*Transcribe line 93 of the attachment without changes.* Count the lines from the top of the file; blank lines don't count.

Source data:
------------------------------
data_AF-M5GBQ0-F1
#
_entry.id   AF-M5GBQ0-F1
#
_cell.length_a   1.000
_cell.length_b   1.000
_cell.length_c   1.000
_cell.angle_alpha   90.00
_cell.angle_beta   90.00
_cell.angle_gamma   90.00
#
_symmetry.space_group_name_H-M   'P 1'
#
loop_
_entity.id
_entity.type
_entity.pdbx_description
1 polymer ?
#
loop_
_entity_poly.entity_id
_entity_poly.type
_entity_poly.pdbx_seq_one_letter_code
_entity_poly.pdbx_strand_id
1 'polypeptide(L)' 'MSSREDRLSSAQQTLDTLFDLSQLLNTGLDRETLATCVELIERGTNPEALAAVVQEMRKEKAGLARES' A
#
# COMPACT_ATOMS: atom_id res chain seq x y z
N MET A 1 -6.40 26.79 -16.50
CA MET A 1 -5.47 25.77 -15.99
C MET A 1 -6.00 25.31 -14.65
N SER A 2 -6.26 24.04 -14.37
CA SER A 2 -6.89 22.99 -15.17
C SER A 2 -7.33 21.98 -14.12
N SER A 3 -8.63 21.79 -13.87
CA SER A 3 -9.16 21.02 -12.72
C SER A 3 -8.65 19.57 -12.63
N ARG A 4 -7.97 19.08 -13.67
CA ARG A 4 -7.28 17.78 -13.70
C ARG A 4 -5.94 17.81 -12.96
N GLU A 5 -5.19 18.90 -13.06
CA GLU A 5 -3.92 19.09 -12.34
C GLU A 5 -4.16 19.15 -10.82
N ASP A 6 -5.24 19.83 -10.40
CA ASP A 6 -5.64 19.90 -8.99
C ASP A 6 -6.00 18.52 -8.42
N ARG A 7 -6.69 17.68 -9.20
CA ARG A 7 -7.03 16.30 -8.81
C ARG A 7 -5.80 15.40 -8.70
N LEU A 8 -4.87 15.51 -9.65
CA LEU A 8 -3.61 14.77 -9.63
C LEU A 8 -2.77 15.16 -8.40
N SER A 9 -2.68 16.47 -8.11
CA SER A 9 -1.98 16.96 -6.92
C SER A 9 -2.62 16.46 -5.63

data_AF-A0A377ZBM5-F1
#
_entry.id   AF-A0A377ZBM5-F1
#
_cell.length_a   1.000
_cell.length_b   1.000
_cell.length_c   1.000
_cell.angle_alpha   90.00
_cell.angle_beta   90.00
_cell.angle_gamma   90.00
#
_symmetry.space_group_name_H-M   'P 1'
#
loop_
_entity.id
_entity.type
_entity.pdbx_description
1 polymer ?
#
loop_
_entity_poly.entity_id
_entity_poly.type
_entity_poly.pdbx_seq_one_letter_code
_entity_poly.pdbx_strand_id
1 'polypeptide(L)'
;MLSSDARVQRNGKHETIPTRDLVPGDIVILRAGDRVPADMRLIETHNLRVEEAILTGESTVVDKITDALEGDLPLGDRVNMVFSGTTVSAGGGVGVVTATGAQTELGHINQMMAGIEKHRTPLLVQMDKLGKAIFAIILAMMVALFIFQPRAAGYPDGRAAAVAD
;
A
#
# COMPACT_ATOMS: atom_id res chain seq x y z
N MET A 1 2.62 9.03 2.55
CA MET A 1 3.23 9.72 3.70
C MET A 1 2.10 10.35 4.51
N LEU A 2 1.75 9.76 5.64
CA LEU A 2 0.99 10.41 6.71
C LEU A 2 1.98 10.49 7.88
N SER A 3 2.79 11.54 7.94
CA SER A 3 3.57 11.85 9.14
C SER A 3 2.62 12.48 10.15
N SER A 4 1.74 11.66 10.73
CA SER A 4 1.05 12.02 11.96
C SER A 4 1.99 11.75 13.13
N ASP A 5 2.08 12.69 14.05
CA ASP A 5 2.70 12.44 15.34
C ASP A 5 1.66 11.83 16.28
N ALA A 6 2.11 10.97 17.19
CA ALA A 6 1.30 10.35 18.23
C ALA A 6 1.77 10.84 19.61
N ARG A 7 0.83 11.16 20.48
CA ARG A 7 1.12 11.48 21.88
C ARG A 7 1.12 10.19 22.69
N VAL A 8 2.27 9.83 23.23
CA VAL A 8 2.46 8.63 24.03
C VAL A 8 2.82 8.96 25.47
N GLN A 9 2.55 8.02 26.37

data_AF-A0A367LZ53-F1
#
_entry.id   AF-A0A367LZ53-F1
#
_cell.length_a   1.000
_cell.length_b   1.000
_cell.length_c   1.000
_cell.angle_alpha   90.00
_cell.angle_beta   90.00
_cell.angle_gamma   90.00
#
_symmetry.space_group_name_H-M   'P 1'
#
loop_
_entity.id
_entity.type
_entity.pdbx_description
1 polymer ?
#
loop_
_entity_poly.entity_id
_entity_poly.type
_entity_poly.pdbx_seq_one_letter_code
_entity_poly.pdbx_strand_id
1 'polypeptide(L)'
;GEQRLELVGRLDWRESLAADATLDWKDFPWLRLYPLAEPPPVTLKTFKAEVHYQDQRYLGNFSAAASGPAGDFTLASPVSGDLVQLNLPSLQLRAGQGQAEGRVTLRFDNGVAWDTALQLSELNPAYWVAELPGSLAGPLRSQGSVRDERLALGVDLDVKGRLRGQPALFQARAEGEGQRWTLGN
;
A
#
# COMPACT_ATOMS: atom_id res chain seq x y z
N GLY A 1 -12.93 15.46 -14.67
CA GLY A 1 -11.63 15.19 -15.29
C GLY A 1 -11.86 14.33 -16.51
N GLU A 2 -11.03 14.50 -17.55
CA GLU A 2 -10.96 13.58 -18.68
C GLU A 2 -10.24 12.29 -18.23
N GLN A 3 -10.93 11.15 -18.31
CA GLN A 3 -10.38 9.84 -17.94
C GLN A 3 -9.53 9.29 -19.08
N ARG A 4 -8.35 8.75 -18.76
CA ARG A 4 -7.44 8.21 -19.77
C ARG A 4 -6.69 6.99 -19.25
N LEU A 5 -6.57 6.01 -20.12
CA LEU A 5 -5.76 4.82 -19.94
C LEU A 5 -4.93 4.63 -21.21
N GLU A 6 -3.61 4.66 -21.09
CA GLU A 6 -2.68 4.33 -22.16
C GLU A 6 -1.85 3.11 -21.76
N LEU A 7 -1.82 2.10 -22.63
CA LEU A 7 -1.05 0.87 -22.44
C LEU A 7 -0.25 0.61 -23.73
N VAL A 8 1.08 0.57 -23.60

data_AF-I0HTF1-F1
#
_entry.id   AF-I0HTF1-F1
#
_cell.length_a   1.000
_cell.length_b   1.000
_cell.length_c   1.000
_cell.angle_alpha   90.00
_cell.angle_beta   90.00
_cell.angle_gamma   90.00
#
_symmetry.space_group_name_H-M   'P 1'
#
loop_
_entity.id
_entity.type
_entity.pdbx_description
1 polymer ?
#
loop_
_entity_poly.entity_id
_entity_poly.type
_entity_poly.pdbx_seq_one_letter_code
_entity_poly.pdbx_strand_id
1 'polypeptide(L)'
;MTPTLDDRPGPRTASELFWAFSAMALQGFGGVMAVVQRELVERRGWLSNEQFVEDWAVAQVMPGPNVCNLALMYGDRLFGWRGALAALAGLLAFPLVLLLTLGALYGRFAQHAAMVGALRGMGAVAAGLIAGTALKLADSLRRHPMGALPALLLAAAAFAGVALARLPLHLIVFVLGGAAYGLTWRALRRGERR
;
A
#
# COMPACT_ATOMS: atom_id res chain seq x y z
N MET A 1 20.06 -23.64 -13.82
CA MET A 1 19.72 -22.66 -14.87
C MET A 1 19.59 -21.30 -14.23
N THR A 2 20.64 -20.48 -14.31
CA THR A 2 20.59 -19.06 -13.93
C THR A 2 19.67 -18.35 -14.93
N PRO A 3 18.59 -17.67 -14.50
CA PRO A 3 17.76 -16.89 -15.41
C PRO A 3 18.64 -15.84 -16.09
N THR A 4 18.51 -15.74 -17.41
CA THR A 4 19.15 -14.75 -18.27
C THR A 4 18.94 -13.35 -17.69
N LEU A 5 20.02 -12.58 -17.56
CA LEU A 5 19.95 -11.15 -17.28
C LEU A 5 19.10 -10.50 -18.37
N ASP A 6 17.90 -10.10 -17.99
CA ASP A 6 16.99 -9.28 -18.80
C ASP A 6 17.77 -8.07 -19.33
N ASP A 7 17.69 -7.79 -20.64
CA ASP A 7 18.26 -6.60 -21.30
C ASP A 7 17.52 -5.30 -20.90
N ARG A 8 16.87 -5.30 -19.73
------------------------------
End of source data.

C SER A 3 2.62 12.48 10.15